This isthe kind of playthe Fringe does best. A three-handerusing a well-trodden and limited storyline but concentrating on the resources ofthe actors themselves.
Jill is a comedienne who has made too many laps around the clubs circuit. Hertiming‘s gone. her jokes are old. heraudience walk out. During the backstage bickering oi the first half. ittranspiresthat Harry. Jill's lover/manager has accepted a backhander to keep her off stage forher final performance. With her career on the slide. Jill tries to re-establish contact with hertwo children onlytofind in the case of herdaughter Miriam. played by Clea Warburton with a nice line in bitterfrigidity thatshe doesn‘twant to know.
In the second half. we see the act. AwelI-paced was-it-worth-it monologue in which the jokes get gradually obscured by a harangue against her alienated family. whose neuroses she parades as the butt ofhercruel humour. Alison Mayeras Jill manages a convincing performance of a woman who can only live inthe spotlight and is well supported by Jack Plastow as herweak but still caring sidekick. But what distinguishes Catherine Hayes's play is the tightly written snatches of dialogue that convince us we're looking at a roomfull otdesperate people. (Lucinda Bredin)
0 Not Waving. Plastic Banana Theatre Company. Calton Studios. Calton Road (Venue 71)Until 28 Aug.
We are greeted with bottles of stout and ushered intothe twilight of Barney Kiernan‘s pub. the settingfora chapterin JamesJoyce's ‘Ulysses'. an unfathomable odysseythrough the minds of Dublin.
The Balloonatics have a well-deserved reputation
foradapting Joyce. including a Fringe Firstwith
‘Circe‘ and CITIZENS should add to it.
Trying to grasp the narrative is both impossible and unneccesaryasthey maintainJoyce‘s highly subwective ‘stream of consciousness‘ style. The result has a lilmic quality. a sense of shifting perspectives. fading from surreal slow motion sequences orcutting
violentlytoclose up.These ' momentsofintensityusea
vocabularythatexpresses ; morethanthe overlong chunks oftext.Three actors
play a vast range of
characterswithsubtle changesinvoiceand ; gesture.
Witha little less
reverence to the words and
tighter pace. this could be
an excellent show. Essential forJoyce fans.
0 Citizens. Balloonatics. Crown Theatre. Hill Place (venue 53) 667 7588. Until
This biography of Patty Hearst. the millionaire‘s daughterwho was abducted byterrorists and later joined their ranks. examinesthe moral and personal issues olterrorism as a way of life. Based on Dahlian Kirby's play. the script is rathershort of resonance. too often resting at the level of rhetoric without exploring emotional undercurrents. though it touches intriguineg on personal and sexual re!a=‘ions between
. members oithe
The Colombian Cousin
AROUND ,THE FRINGE
Amanda Paintergivesa bright. considered portrayal of Patty. and the rest olthe cast- though inclined to revel in violence-perform with competence and confidence underTony Kingston's direction. (Andrew Burnet)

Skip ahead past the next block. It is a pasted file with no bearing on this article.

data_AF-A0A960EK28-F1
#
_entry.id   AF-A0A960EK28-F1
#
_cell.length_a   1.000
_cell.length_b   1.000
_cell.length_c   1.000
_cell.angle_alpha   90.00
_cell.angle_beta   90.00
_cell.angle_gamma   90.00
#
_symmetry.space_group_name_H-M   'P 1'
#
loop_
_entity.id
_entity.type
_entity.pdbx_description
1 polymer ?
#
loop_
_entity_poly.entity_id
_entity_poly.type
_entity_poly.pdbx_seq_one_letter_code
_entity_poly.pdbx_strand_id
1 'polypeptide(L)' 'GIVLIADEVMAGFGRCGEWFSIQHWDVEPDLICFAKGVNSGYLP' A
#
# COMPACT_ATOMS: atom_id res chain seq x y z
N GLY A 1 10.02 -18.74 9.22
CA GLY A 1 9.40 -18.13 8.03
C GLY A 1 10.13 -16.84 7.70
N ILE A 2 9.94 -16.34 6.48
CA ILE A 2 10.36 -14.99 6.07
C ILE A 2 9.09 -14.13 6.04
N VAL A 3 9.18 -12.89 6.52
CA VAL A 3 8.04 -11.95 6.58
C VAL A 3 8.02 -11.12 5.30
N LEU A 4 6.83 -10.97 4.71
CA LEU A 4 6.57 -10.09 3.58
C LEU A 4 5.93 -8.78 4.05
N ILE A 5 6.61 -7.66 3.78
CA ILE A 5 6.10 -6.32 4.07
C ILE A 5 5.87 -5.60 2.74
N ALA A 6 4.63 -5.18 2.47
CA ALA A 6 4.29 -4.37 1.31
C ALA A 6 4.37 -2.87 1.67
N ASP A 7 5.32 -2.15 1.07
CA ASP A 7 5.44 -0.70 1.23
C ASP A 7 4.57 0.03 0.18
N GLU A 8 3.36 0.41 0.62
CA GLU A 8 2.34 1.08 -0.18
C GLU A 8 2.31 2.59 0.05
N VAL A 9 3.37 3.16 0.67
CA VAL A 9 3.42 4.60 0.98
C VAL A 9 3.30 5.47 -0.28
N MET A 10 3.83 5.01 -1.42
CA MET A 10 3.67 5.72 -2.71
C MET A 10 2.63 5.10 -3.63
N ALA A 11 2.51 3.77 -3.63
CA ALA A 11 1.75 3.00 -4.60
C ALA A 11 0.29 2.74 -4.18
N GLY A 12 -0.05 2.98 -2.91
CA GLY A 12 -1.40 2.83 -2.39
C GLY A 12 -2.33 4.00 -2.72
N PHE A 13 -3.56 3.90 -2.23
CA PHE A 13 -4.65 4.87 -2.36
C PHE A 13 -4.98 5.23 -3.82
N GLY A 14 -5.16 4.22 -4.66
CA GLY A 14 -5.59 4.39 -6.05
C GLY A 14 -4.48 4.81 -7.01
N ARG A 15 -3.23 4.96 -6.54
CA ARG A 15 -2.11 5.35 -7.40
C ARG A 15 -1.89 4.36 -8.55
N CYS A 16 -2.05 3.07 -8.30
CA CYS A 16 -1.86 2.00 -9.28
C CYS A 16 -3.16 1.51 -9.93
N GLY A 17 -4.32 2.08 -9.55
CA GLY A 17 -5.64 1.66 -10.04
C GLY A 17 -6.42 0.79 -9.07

0 Terrorist. Foundation Touring Company. Edinburgh College of Art. Lauriston Place (venue 73) 229 8508. Until 22 Aug. Noon. 22.50/21.50.
EASTS AND WESTS
Performing Berkoff on the Fringe may be hackneyed. but is easily justified if interpretation matches material. The Snarling Beasties‘ EAST more than satisfies this condition: it has colour. discipline. wit. ensemble commitment. stylised ritual and bursts with aggressive energy. Debbie lsitt (who also plays a wickedly sensual Sylv) directs a superb cast with much invention.
East‘s companion piece WEST is a subtler. more cathartic play. and receives appropriately lower-key treatment from Lost Theatre Company atthe same
5 venue. Equally well
interpreted. it features excellent performances. especiallyirom Graham Machell as Mike and David Hinton as Sid/The Hoxton
MAD‘s production of EAST isthe least stylised and disciplined ofthe three. and despite committed performances and original use ofslides palesin comparison: the inherent dangeroi using such popular material. (Andrew Burnet).
0 East. Snarling Beasties Theatre Company. St Cuthbert‘s Hall. King‘s Stables Road (venue 50) 6671809. Until 29Aug. 1pm. 22.50/2.
0 West. Lost Theatre Company. St Cuthbert‘s Hall. King's Stables Road (venue 50) 667 1809. Until 29 Aug. 6.15pm. 2350/2250.
0 East MAI) 'l‘hczilrc ('ompzin) . T‘t‘xlini' ( ‘Iuh. (‘hzimhcrs Strcct (vcnuc 3(1):]! 1 1 II. l'nlil 15 Aug. I 1.15pm. £2 [.51).
THE HOLY GHOSTLY
Receiving its world premiere in Edinburgh. this brand new play bythe award-winning Sam Shepard was a disappointingly uniocussed and unmemorable affair.
Set in the desert badlands ofArizona. it isa meandering tale oian old man. despised by his son and haunted by a ghost
who's determined to inform him that he is already dead. Unfortunately. the ‘Chindi‘. as this Indian death spirit is called. is in this production an unlrightening cross between a pumpkin-headed trick ortreat figure. and a walking feather-duster.
Ray Trail of The American Theatre of Actors gave a convincing and at times moving performance as Pop. but ultimatelythe credibility oi all three- father. son and ‘holy ghostly' — suffered atthe mercy oi a confused plot and script embarrassingly packed with melodramatic outpourings about the cosmos. (Stephanie Billen) o The Holy Ghostly. American Theatre of Actors. Assembly Rooms. 54 George St. (Venue 3). Run finished.
THE GRAPES 0F WRATH